« Reply #3 on: June 25, 2020, 18:20:08 »
I’m glad you found my post informative and that you plan to take the effort to revert back to the original design. It sounds like you’re serious about restoring this old Aceca back to how she originally looked. Be careful removing the rain gutter...you may still have one piece of the original rain gutter on the “A” pillar as there was a joint in the rain gutter on the “A” pillar as seen in these pics.

I would be interested in the specs on the high tech glue you plan to use to put in my files for a proper fix of my paint issues when I eventually get to painting my car again.

Yes - send me a PM and I can take some detailed measurements of the end of the rain gutter so you can get it dimensionally correct.

Best of luck,

John
« Last Edit: June 25, 2020, 18:43:16 by Aceca289 »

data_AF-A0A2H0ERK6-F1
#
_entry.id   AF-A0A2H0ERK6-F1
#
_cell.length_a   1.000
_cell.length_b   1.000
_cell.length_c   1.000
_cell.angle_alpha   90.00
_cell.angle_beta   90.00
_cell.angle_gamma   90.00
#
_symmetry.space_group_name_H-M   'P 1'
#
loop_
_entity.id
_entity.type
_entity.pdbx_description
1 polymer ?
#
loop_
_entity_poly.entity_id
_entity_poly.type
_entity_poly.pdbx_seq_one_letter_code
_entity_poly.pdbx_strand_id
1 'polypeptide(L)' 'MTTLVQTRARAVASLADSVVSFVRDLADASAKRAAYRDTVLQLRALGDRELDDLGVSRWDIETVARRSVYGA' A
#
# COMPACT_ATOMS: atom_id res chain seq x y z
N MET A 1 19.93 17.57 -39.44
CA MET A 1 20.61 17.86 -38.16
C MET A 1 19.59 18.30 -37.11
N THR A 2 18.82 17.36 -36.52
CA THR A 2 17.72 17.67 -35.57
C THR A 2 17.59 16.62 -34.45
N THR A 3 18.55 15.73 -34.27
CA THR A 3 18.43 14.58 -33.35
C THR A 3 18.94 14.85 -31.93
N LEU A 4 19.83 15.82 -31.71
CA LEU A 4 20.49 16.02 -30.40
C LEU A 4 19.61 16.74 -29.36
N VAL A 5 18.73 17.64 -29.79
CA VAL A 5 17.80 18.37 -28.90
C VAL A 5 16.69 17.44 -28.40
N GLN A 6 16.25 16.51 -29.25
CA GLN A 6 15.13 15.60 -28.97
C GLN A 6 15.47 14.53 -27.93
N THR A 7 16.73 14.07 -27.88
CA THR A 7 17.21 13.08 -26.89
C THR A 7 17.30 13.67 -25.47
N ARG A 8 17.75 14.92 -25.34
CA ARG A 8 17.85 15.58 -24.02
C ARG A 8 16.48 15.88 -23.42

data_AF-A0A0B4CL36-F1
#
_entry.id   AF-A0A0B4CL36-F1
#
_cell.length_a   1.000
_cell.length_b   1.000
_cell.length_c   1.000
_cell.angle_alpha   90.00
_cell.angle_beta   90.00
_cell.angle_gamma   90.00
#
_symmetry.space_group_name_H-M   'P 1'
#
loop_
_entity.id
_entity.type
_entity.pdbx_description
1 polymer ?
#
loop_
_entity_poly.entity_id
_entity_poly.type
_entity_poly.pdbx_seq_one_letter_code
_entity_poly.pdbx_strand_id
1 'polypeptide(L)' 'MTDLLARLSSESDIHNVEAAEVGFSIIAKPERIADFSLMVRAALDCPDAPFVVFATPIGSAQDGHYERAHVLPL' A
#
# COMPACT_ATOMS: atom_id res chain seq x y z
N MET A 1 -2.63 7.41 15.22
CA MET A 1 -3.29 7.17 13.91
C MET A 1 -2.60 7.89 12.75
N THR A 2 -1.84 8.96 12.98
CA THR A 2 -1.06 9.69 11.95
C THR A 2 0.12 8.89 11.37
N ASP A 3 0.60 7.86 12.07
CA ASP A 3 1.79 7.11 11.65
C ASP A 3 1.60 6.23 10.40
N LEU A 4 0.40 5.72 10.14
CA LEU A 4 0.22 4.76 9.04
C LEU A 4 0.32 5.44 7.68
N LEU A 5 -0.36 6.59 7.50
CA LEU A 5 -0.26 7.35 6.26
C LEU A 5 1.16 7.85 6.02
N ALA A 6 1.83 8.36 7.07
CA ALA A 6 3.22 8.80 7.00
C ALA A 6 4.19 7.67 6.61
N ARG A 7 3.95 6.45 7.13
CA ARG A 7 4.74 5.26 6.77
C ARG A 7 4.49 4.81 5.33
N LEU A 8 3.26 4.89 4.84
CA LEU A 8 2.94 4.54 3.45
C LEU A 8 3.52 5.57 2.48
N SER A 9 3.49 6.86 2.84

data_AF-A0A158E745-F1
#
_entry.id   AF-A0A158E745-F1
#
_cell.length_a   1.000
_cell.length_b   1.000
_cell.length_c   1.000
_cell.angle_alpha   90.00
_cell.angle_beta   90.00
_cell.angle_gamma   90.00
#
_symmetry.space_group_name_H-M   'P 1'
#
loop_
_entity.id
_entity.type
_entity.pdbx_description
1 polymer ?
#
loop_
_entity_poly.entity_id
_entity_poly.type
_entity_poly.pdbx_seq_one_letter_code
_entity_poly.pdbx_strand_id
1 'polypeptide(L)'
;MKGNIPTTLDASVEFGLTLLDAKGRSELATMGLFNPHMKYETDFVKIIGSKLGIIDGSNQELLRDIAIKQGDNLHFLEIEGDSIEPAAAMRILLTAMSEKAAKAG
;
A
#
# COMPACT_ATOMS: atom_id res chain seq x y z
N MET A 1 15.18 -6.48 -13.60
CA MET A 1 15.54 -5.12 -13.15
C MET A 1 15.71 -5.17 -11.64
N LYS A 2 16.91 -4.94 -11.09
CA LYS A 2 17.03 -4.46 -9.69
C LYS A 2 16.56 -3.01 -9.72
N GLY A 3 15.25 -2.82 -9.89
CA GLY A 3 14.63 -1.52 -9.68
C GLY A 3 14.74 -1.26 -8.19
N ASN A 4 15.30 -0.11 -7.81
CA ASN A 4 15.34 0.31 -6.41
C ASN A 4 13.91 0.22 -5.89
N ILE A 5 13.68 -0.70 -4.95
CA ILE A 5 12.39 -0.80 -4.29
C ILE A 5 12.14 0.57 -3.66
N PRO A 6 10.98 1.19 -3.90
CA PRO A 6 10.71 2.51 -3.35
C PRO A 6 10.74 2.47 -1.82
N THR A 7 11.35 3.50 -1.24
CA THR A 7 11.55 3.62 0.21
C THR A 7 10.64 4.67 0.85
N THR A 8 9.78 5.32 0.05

10kph

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Re: How to cover slits in Aceca roof
« Reply #4 on: June 25, 2020, 23:06:42 »
Hello, I am an Aceca man and have restored all variants over the past 40 years. The original gutter trim with rubber/plastic insert was used on caravans in the 50s. I remember obtaining a similar alloy section from a vintage car restorer supplier but the curved rubber was replaced with an alloy piece on the same extrusion that was bent over to cover the screws.. I would try to make good the wide gap with one pack bonding sealer such as sikaflex whick will key well to metal and wood but will flex to allow for heat expansion. the same product will also form a watertight seal for the moulding and can be overpainted. Flexible mastic was originally used. Check the finish shape of the gutter at the rear I think it was angled longer at the bottom and that they stopped in late 66
    Regards
      Tony